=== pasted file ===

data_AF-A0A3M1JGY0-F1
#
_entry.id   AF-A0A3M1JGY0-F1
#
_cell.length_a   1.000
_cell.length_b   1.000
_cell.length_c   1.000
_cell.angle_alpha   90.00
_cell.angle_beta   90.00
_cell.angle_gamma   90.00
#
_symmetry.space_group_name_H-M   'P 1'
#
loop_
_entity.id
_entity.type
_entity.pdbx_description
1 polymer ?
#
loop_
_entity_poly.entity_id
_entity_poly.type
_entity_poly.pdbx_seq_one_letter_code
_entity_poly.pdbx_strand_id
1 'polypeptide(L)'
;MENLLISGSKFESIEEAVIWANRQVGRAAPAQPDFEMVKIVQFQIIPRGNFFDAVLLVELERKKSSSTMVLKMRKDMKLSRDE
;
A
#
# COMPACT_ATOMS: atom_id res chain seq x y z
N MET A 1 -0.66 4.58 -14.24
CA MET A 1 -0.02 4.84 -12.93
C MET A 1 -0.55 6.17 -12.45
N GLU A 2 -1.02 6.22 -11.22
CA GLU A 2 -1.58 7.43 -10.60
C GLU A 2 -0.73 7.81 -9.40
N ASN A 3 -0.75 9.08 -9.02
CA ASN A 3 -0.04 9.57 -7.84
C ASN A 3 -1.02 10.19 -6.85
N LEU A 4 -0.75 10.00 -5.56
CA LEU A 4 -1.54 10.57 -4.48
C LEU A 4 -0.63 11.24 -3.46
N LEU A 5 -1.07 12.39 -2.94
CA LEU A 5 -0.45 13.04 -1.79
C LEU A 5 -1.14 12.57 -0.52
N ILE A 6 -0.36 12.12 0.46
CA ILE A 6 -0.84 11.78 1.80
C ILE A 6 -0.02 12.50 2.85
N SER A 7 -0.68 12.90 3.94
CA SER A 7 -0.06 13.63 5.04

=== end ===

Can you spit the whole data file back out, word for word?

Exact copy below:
data_AF-A0A3M1JGY0-F1
#
_entry.id   AF-A0A3M1JGY0-F1
#
_cell.length_a   1.000
_cell.length_b   1.000
_cell.length_c   1.000
_cell.angle_alpha   90.00
_cell.angle_beta   90.00
_cell.angle_gamma   90.00
#
_symmetry.space_group_name_H-M   'P 1'
#
loop_
_entity.id
_entity.type
_entity.pdbx_description
1 polymer ?
#
loop_
_entity_poly.entity_id
_entity_poly.type
_entity_poly.pdbx_seq_one_letter_code
_entity_poly.pdbx_strand_id
1 'polypeptide(L)'
;MENLLISGSKFESIEEAVIWANRQVGRAAPAQPDFEMVKIVQFQIIPRGNFFDAVLLVELERKKSSSTMVLKMRKDMKLSRDE
;
A
#
# COMPACT_ATOMS: atom_id res chain seq x y z
N MET A 1 -0.66 4.58 -14.24
CA MET A 1 -0.02 4.84 -12.93
C MET A 1 -0.55 6.17 -12.45
N GLU A 2 -1.02 6.22 -11.22
CA GLU A 2 -1.58 7.43 -10.60
C GLU A 2 -0.73 7.81 -9.40
N ASN A 3 -0.75 9.08 -9.02
CA ASN A 3 -0.04 9.57 -7.84
C ASN A 3 -1.02 10.19 -6.85
N LEU A 4 -0.75 10.00 -5.56
CA LEU A 4 -1.54 10.57 -4.48
C LEU A 4 -0.63 11.24 -3.46
N LEU A 5 -1.07 12.39 -2.94
CA LEU A 5 -0.45 13.04 -1.79
C LEU A 5 -1.14 12.57 -0.52
N ILE A 6 -0.36 12.12 0.46
CA ILE A 6 -0.84 11.78 1.80
C ILE A 6 -0.02 12.50 2.85
N SER A 7 -0.68 12.90 3.94
CA SER A 7 -0.06 13.63 5.04